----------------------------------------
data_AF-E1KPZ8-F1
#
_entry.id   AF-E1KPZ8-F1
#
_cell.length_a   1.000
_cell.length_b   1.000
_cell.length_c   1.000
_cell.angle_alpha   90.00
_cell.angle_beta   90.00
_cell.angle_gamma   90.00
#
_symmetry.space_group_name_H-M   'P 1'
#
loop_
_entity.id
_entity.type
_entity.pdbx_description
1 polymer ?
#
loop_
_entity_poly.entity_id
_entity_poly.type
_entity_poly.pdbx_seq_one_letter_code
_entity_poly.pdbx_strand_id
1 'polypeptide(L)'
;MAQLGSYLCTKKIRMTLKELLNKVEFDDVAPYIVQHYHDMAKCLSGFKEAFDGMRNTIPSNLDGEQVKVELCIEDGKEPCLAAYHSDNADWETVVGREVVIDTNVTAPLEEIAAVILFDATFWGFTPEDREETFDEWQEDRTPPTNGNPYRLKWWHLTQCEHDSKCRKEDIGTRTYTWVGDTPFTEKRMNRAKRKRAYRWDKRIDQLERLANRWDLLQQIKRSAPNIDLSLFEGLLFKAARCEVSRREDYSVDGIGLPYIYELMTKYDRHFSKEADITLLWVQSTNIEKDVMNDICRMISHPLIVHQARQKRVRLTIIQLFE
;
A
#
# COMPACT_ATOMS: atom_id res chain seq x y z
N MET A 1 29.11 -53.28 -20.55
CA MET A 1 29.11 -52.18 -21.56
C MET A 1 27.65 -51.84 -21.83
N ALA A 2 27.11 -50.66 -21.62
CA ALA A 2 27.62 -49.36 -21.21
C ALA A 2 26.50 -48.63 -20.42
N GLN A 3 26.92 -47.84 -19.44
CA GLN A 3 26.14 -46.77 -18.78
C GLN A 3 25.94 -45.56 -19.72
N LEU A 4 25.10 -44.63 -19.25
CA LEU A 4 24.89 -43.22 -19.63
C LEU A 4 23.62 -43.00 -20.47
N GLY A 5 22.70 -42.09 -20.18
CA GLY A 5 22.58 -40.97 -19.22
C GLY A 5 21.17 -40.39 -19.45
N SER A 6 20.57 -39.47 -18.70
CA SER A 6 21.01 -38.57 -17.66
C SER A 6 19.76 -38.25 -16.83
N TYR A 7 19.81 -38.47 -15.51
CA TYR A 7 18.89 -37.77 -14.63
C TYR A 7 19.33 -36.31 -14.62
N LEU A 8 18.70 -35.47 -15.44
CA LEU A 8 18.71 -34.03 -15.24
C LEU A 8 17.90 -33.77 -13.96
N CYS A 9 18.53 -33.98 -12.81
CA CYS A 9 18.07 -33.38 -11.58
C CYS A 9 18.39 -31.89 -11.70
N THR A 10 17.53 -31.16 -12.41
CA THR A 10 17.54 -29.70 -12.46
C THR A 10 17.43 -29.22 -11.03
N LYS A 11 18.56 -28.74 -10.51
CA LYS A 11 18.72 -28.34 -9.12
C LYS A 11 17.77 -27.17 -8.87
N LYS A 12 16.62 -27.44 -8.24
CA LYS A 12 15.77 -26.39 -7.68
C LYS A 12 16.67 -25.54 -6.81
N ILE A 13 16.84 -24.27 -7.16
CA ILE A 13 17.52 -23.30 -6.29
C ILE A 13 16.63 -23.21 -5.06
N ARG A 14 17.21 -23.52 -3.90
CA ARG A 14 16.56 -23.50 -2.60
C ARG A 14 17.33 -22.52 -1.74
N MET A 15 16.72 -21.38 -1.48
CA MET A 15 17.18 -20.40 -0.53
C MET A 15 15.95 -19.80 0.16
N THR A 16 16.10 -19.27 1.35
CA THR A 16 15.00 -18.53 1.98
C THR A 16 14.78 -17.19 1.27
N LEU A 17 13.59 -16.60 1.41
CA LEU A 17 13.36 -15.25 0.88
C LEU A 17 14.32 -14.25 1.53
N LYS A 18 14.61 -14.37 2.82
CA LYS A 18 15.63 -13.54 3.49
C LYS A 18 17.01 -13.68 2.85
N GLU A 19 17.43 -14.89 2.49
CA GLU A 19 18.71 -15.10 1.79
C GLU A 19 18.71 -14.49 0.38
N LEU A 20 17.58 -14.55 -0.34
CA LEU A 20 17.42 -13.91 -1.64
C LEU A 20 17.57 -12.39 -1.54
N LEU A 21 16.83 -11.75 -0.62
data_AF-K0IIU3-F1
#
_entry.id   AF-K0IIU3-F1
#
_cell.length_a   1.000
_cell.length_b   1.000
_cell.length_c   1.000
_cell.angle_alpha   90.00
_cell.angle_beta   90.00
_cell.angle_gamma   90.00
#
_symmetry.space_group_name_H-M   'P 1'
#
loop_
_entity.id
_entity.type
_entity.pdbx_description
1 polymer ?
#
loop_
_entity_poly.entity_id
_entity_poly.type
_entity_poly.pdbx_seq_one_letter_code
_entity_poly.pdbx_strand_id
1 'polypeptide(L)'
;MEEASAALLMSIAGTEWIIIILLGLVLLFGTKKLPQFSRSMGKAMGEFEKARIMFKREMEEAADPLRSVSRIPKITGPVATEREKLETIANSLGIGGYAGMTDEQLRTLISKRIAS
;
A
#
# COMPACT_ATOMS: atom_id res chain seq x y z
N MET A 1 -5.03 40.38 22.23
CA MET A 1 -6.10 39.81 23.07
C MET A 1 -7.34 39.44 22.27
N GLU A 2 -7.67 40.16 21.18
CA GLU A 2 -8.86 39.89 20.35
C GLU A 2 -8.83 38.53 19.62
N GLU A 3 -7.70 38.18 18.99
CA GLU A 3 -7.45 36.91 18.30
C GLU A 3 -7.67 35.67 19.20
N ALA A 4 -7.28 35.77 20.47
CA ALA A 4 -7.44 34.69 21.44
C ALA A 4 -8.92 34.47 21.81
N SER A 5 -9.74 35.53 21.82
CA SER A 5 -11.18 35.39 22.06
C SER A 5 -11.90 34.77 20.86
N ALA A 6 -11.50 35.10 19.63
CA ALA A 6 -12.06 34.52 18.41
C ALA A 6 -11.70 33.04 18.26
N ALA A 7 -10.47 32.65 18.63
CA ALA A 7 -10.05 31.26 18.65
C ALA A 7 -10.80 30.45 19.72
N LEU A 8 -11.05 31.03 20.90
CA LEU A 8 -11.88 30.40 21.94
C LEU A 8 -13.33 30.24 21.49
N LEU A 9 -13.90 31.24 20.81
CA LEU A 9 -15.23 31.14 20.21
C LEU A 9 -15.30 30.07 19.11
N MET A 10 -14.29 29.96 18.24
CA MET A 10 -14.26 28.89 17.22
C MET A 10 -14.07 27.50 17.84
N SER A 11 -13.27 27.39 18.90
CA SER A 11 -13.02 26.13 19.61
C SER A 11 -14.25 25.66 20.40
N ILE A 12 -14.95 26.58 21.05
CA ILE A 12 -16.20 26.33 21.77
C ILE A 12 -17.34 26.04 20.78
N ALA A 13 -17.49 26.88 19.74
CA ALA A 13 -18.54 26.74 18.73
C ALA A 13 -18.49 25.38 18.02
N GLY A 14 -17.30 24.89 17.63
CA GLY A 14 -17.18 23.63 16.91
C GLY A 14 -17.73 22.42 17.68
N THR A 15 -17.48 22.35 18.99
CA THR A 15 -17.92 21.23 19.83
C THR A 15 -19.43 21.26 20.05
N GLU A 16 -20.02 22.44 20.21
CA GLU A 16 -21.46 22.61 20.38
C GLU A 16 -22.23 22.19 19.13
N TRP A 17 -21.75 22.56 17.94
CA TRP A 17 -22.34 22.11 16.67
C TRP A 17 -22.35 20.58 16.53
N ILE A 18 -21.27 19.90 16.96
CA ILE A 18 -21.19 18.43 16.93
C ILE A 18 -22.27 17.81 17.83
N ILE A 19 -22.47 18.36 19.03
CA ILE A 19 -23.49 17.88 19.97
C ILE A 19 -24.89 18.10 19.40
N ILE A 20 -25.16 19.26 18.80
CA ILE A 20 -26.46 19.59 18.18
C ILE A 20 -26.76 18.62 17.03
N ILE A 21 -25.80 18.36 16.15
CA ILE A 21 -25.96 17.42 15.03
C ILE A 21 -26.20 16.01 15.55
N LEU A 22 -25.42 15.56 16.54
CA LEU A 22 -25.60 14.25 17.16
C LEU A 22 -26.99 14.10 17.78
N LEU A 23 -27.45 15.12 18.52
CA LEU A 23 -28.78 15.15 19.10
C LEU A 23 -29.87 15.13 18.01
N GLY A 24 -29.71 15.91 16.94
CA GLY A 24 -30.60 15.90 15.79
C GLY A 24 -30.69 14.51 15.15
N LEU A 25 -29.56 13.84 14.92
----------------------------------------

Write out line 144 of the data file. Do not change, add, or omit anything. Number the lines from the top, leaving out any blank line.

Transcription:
CA LEU A 8 -11.88 30.40 21.94